Scalia states his case for morals
Supreme Court Justice Antonin Scalia delivered the keynote address as part of the centennial celebration of the Duquesne University Law School.
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In 25 years on the U.S. Supreme Court, Justice Antonin Scalia has earned a reputation for firmly sticking to his beliefs. He encouraged the Duquesne University Law School, during remarks Saturday honoring its 100th anniversary, to do the same.
Justice Scalia, the longest-serving member of the nation's high court, hailed the importance of a moral background in rounding out an education in law and praised Duquesne for its commitment to a notion that, he said, is out of fashion.
"Our educational establishment these days, while so tolerant of and even insistent on diversity in all other aspects of life, seems bent on eliminating the diversity of moral judgment, particularly moral judgment based on religious views," he said.
"I hope this place will not yield, as some Catholic institutions have, to this politically correct insistence upon suppressing moral judgment, to this distorted view of what diversity in America means."
More than 1,200 people, many of them members of the Duquesne Law School faculty and student body, gathered in the A.J. Palumbo Center to hear Justice Scalia deliver a 22-minute keynote address that reflected the humor, intelligence and traditionalism for which he is known.
A devout Catholic who came from humble beginnings in New Jersey to graduate with honors from Georgetown University and Harvard Law School, Justice Scalia said faith and morals are vital complements to an educational environment.
"This has nothing to do with making students better lawyers, but everything to do with making them better men and women," he said. "Moral formation is a respectable goal for any educational institution, even a law school."
Justice Scalia was introduced by Ken Gormley, the dean of the law school, and Duquesne President Charles J. Dougherty.
"Justice Scalia's experience mirrors the hopes and dreams of many who enroll in Duquesne's law school," Mr. Dougherty said. "Young men and women seeking to better themselves and to serve others through the practice of law."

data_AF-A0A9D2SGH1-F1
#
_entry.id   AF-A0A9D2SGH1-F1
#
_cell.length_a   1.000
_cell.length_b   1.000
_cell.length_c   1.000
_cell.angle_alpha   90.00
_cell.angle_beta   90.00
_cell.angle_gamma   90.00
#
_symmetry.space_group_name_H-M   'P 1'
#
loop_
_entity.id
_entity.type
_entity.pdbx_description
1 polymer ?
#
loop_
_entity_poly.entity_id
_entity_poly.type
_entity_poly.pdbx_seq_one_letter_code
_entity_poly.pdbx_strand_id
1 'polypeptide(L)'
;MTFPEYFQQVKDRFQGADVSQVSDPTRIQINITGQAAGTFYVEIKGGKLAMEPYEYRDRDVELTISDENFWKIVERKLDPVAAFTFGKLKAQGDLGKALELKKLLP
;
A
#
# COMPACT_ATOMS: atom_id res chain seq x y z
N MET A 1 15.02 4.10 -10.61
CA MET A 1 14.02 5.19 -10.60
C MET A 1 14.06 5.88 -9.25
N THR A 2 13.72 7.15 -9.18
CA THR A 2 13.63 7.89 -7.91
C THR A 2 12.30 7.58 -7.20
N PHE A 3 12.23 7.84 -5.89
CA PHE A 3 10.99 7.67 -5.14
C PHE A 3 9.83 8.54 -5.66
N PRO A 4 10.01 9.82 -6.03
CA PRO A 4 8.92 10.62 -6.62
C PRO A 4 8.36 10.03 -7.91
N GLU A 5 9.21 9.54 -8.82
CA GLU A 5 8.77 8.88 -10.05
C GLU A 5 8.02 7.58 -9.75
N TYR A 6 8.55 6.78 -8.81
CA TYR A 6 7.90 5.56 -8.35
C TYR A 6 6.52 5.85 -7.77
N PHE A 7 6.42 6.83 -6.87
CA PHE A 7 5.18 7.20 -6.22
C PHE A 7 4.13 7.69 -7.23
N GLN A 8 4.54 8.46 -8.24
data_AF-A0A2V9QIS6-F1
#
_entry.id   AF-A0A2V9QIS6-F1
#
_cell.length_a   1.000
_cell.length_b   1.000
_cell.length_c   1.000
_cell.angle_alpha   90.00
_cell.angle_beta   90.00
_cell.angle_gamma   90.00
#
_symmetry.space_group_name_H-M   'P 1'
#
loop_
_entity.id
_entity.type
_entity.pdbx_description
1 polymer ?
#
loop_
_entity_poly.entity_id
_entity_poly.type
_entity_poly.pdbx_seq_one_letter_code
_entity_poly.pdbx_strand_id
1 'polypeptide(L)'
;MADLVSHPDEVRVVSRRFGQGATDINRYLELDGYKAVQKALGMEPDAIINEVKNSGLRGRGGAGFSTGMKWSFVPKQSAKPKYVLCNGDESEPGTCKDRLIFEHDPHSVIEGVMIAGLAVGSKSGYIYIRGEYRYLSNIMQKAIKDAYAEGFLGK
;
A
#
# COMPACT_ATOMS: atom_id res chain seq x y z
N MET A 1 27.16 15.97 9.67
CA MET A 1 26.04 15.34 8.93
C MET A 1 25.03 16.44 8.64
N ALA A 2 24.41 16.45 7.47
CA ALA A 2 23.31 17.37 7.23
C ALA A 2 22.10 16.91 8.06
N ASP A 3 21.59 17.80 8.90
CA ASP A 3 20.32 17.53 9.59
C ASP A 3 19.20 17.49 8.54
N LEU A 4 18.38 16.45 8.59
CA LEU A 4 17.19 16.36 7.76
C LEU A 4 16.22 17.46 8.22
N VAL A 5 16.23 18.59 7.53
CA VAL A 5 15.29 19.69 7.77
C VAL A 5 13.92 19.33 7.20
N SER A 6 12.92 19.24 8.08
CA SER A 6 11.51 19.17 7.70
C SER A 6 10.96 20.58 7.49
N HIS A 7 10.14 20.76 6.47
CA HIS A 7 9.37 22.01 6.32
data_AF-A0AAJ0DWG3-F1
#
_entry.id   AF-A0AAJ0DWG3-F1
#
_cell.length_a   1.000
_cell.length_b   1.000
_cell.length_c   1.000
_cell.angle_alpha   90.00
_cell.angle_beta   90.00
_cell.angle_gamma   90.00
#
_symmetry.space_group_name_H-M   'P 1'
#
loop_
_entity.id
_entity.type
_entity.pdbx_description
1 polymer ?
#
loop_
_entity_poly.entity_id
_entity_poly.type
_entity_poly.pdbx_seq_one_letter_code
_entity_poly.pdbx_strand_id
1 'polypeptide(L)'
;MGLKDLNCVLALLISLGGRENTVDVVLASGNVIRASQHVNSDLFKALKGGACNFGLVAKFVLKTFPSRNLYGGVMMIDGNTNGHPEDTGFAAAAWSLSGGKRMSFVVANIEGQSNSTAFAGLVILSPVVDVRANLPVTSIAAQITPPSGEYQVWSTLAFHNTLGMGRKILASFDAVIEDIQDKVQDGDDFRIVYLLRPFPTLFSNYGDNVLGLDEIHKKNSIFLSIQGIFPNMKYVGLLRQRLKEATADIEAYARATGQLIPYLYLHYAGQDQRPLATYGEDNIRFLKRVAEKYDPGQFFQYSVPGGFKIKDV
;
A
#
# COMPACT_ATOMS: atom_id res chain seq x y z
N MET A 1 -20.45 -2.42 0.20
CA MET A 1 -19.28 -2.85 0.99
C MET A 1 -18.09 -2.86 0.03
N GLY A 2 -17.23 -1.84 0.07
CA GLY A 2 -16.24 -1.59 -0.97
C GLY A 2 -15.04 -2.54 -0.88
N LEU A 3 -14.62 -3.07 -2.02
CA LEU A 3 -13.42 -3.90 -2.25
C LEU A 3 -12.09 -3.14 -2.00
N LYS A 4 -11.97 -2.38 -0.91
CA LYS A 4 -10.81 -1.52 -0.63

Mr. Gormley, who organized the event, said the ceremony was two-fold. Today is the 100th anniversary of the law school's founding, and Monday is the 25th anniversary of Justice Scalia's joining the Supreme Court.
As part of the tribute to Justice Scalia, 75, the university presented a 20-minute film on his life, an operatic interlude from students in the university's school of music, and the Carol Los Mansmann Award for his service.
Also part of the event was a panel discussion in which Mr. Gormley posed questions to three of the justice's former law clerks. The exchange highlighted Justice Scalia's judicial philosophy -- which is based upon strict adherence to the Constitution -- as well as his penchant for hard work, energy, enthusiasm and wit.
Paul T. Cappuccio, who clerked for the justice in 1987 and now is general counsel for Time Warner, said Justice Scalia has an impact on court opinions, even when he is the lone dissenting voice.
"He has changed the way decisions are written," Mr. Cappuccio said, pointing out how lawyers who used to cite "legislative history" now know to avoid that argument. They will lose.
Justice Scalia recalled that when President Ronald Reagan appointed him to the court, many observers expected him to be a swing vote and an influential force.
"That turned out not to be true," he said, drawing laughter from the audience.
The justice's appearance, however, was not without its controversy as nine people outside the Palumbo Center carried signs and handed out material opposed to the death penalty. The Rev. Gregory C. Swiderski, who organized the group, said he did not expect to influence Justice Scalia; he hoped to reach some of those who came to hear him.
But Justice Scalia said he did see them and told the audience that he was aware of their position. Still, he said, he found no contradiction between his religious views and his support of the death penalty.
"If I thought that Catholic doctrine held the death penalty to be immoral, I would resign," he said. "I could not be a part of a system that imposes it."
He said his only concern on the court is law.
"What does it mean to be a Catholic law school? There is no such thing as Catholic law," he said. "The law is no different for a Catholic than it is for a Jew any more than it is different for a woman or a man or a white man or a black.
"Thus it is that I am sometimes embarrassed when sincere opponents of abortion sometimes thank me for championing their cause. ... I do not champion their cause," he said. "The Constitution addresses the subject not at all, which means that it is left up to the states."
In closing, he reminded his audience that religious education is an elemental part of our nation's history, and the minds that are influenced by it are best capable of leading.
"Religious educational institutions from universities down to local schools are not strangers to the American scene. They are as American as apple pie," he said. "A Catholic law school should be a place where it is clear, though perhaps unspoken, that the here-and-now is less important, when all is said and done, than the hereafter."
First Published September 25, 2011 12:00 am